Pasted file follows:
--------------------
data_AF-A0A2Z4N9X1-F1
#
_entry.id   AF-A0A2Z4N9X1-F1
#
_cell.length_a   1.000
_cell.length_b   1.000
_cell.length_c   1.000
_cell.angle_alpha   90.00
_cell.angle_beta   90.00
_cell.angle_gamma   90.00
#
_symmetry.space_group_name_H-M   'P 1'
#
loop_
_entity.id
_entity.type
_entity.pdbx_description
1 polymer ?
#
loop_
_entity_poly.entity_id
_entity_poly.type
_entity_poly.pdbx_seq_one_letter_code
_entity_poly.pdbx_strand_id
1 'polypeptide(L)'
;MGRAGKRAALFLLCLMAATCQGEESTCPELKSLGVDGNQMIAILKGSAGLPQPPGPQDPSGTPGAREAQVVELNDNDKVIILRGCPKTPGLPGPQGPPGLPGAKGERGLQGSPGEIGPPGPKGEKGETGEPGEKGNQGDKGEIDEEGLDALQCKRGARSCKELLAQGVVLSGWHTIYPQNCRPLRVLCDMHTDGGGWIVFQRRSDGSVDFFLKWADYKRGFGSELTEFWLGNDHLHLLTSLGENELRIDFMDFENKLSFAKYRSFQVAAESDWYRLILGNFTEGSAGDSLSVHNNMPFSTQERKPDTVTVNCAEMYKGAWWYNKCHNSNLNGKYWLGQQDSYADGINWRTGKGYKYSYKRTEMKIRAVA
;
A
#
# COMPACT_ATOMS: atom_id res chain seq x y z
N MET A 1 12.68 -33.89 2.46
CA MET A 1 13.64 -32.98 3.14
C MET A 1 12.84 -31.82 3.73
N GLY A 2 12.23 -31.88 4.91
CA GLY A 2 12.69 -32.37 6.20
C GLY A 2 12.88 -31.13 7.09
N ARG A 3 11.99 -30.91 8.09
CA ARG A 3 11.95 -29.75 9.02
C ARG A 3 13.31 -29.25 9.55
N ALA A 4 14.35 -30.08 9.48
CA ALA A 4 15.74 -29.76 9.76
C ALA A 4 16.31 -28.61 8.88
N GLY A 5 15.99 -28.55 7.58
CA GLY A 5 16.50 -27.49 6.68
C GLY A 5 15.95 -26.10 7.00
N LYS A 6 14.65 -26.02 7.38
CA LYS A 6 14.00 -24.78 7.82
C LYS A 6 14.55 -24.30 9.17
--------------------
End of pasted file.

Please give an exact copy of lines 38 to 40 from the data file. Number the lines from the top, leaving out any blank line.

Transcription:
CA ARG A 3 11.95 -29.75 9.02
C ARG A 3 13.31 -29.25 9.55
N ALA A 4 14.35 -30.08 9.48